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Technology is central to providing prompt and useful feedback to students, according to a new good practice guide.
The Quality Assurance Agency for Higher Education in Scotland (QAA Scotland) has worked with 19 Scottish universities to ensure feedback is consistent, student-friendly and makes the best use of available technology.
Ian Kimber, QAA’s Director of Quality Development, said that in the National Student Survey (NSS), assessment and feedback was traditionally the area of the student experience with the lowest satisfaction levels. QAA Scotland has produced a summary leaflet which offers 10 messages for policy makers to help encourage the use of technology to support assessment and feedback within universities.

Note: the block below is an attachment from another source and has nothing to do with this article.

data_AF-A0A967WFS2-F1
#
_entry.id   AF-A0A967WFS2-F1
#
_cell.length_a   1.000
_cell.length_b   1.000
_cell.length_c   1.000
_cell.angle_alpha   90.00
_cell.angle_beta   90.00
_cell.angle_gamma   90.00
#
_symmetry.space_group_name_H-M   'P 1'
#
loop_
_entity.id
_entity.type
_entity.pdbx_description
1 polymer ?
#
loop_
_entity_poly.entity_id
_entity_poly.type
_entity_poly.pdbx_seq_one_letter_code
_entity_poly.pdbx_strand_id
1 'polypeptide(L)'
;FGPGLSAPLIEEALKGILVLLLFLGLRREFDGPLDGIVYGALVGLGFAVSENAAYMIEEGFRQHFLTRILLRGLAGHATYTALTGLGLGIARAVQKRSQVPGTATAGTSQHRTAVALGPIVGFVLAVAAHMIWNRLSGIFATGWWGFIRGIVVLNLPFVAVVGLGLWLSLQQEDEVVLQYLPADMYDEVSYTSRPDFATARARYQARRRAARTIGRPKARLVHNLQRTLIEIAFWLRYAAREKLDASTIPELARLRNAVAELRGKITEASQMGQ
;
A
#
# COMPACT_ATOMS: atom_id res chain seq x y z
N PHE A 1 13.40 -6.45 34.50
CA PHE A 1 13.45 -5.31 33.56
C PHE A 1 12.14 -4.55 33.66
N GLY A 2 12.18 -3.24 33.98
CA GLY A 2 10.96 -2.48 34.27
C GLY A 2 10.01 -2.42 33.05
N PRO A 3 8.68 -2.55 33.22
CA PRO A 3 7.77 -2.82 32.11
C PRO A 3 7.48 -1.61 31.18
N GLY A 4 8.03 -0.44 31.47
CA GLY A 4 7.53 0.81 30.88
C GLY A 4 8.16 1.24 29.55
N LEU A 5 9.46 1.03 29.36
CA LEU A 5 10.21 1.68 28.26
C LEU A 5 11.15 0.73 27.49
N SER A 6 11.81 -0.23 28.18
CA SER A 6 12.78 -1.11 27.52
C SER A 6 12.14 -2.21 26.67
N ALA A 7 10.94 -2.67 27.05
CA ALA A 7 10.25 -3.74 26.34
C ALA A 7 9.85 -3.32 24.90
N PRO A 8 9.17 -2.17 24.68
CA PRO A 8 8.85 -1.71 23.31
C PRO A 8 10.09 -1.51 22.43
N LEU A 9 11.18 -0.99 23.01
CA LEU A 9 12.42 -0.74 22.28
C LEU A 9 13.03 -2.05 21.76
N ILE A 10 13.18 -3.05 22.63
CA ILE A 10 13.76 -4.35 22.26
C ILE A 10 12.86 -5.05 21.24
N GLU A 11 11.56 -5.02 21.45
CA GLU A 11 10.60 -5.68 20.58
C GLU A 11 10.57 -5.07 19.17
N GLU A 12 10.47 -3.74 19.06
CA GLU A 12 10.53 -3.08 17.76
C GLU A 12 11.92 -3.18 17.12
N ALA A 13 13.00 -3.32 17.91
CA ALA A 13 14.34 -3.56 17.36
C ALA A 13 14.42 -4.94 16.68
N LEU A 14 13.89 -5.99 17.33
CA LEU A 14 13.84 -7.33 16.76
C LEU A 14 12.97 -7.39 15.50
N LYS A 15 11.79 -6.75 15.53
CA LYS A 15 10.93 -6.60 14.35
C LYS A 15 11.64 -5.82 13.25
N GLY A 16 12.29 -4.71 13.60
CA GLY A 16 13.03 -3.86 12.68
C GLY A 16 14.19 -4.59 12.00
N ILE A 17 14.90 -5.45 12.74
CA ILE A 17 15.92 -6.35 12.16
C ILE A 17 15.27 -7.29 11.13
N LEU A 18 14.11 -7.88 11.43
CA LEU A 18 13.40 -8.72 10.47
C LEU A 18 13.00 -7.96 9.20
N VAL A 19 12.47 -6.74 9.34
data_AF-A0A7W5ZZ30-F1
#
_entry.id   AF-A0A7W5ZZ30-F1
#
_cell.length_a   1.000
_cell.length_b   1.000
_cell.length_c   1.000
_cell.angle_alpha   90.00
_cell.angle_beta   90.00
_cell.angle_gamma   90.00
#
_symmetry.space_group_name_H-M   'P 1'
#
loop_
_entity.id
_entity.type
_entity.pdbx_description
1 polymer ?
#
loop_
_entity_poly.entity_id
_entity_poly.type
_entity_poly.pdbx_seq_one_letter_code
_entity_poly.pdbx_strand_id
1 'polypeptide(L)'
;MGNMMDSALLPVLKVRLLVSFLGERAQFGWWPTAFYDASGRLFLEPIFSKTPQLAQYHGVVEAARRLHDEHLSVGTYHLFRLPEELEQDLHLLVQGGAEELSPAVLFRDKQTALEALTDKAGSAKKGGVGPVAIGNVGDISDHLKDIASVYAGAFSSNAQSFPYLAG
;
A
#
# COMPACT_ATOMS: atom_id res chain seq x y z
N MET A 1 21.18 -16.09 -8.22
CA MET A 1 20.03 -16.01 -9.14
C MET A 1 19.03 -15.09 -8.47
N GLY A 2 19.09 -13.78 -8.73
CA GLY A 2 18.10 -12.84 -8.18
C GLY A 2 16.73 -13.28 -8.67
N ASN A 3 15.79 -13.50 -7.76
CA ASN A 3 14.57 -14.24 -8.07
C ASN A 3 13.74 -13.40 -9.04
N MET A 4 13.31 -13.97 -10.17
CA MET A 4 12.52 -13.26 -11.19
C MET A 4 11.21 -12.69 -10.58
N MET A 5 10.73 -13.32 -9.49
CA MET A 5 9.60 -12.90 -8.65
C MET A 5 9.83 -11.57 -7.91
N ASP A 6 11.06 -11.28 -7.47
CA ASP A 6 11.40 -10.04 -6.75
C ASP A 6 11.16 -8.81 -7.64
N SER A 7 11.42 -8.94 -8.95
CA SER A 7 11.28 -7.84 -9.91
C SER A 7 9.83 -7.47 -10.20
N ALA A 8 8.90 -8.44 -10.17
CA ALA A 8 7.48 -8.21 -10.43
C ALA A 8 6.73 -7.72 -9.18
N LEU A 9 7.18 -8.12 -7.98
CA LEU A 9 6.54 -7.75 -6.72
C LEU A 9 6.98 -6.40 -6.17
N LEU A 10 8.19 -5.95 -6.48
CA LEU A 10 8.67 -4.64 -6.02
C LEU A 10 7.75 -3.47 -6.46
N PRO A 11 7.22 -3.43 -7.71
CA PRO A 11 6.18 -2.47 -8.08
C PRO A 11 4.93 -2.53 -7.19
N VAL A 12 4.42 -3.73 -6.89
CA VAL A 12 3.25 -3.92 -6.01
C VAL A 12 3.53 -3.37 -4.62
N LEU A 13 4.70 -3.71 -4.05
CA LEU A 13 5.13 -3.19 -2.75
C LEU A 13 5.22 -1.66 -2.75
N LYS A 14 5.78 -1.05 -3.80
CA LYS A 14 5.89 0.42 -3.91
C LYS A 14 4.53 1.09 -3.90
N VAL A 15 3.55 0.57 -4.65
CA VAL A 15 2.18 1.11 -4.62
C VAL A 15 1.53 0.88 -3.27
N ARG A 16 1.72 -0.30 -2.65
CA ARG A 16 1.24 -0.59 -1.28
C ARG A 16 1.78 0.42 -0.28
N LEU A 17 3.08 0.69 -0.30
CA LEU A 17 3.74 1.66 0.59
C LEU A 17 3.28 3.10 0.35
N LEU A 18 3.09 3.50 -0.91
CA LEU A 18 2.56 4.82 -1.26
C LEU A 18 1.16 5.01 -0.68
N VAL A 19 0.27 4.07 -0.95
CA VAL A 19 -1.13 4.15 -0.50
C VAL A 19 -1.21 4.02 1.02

It recommends workload models designed to support online learning, giving staff training and support in new technology and involving students in formulating assessment and feedback approaches. Liz Marshall, Assistant Academic Registrar at the University of the West of Scotland, which took part in the project, said: "The sharing of good practice through this project has been phenomenal. One key thing for us has been the use of technology and how that supports feedback, not only on campus, but also for distance-learning students." Student associations in Scotland have worked with their universities to improve the assessment and feedback processes. Many Scottish universities have signed Student Partnership Agreements highlighting how student views are represented and collaborating on a range of learning and teaching activity including assessment.
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